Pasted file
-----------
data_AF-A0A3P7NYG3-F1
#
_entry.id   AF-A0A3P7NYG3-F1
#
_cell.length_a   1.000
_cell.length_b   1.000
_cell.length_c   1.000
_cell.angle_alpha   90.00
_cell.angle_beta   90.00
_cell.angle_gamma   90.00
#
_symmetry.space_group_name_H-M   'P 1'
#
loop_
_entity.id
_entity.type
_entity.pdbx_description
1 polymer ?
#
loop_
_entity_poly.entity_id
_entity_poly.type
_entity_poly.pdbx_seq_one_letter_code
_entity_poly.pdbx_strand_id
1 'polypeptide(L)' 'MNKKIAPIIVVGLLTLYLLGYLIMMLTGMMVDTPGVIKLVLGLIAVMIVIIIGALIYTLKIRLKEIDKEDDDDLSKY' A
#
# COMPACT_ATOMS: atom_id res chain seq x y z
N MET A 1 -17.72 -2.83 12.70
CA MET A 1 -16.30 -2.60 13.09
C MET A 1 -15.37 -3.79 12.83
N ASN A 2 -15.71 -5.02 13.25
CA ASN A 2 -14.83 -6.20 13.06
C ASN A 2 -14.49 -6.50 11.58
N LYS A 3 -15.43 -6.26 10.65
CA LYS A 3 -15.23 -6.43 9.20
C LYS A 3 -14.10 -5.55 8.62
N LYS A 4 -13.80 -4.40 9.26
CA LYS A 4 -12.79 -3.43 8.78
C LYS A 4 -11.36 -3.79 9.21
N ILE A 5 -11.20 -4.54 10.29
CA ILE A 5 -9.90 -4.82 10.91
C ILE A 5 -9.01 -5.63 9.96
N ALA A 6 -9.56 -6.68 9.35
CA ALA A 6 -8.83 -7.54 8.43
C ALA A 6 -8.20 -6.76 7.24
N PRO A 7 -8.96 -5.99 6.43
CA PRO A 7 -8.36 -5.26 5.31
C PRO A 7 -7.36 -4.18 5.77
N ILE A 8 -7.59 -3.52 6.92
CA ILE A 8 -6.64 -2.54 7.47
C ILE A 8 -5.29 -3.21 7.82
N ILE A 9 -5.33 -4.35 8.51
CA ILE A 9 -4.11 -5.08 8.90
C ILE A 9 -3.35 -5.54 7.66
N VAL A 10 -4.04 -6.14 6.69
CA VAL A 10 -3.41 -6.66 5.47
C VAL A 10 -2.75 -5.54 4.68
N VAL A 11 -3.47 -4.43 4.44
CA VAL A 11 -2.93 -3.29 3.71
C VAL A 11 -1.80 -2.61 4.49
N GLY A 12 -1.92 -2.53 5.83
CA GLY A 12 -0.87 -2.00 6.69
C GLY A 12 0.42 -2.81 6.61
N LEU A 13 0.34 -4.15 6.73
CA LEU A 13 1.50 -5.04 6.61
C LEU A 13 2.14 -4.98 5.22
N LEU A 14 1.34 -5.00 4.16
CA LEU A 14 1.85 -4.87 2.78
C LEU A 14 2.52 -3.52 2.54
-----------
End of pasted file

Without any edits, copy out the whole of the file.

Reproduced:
data_AF-A0A3P7NYG3-F1
#
_entry.id   AF-A0A3P7NYG3-F1
#
_cell.length_a   1.000
_cell.length_b   1.000
_cell.length_c   1.000
_cell.angle_alpha   90.00
_cell.angle_beta   90.00
_cell.angle_gamma   90.00
#
_symmetry.space_group_name_H-M   'P 1'
#
loop_
_entity.id
_entity.type
_entity.pdbx_description
1 polymer ?
#
loop_
_entity_poly.entity_id
_entity_poly.type
_entity_poly.pdbx_seq_one_letter_code
_entity_poly.pdbx_strand_id
1 'polypeptide(L)' 'MNKKIAPIIVVGLLTLYLLGYLIMMLTGMMVDTPGVIKLVLGLIAVMIVIIIGALIYTLKIRLKEIDKEDDDDLSKY' A
#
# COMPACT_ATOMS: atom_id res chain seq x y z
N MET A 1 -17.72 -2.83 12.70
CA MET A 1 -16.30 -2.60 13.09
C MET A 1 -15.37 -3.79 12.83
N ASN A 2 -15.71 -5.02 13.25
CA ASN A 2 -14.83 -6.20 13.06
C ASN A 2 -14.49 -6.50 11.58
N LYS A 3 -15.43 -6.26 10.65
CA LYS A 3 -15.23 -6.43 9.20
C LYS A 3 -14.10 -5.55 8.62
N LYS A 4 -13.80 -4.40 9.26
CA LYS A 4 -12.79 -3.43 8.78
C LYS A 4 -11.36 -3.79 9.21
N ILE A 5 -11.20 -4.54 10.29
CA ILE A 5 -9.90 -4.82 10.91
C ILE A 5 -9.01 -5.63 9.96
N ALA A 6 -9.56 -6.68 9.35
CA ALA A 6 -8.83 -7.54 8.43
C ALA A 6 -8.20 -6.76 7.24
N PRO A 7 -8.96 -5.99 6.43
CA PRO A 7 -8.36 -5.26 5.31
C PRO A 7 -7.36 -4.18 5.77
N ILE A 8 -7.59 -3.52 6.92
CA ILE A 8 -6.64 -2.54 7.47
C ILE A 8 -5.29 -3.21 7.82
N ILE A 9 -5.33 -4.35 8.51
CA ILE A 9 -4.11 -5.08 8.90
C ILE A 9 -3.35 -5.54 7.66
N VAL A 10 -4.04 -6.14 6.69
CA VAL A 10 -3.41 -6.66 5.47
C VAL A 10 -2.75 -5.54 4.68
N VAL A 11 -3.47 -4.43 4.44
CA VAL A 11 -2.93 -3.29 3.71
C VAL A 11 -1.80 -2.61 4.49
N GLY A 12 -1.92 -2.53 5.83
CA GLY A 12 -0.87 -2.00 6.69
C GLY A 12 0.42 -2.81 6.61
N LEU A 13 0.34 -4.15 6.73
CA LEU A 13 1.50 -5.04 6.61
C LEU A 13 2.14 -4.98 5.22
N LEU A 14 1.34 -5.00 4.16
CA LEU A 14 1.85 -4.87 2.78
C LEU A 14 2.52 -3.52 2.54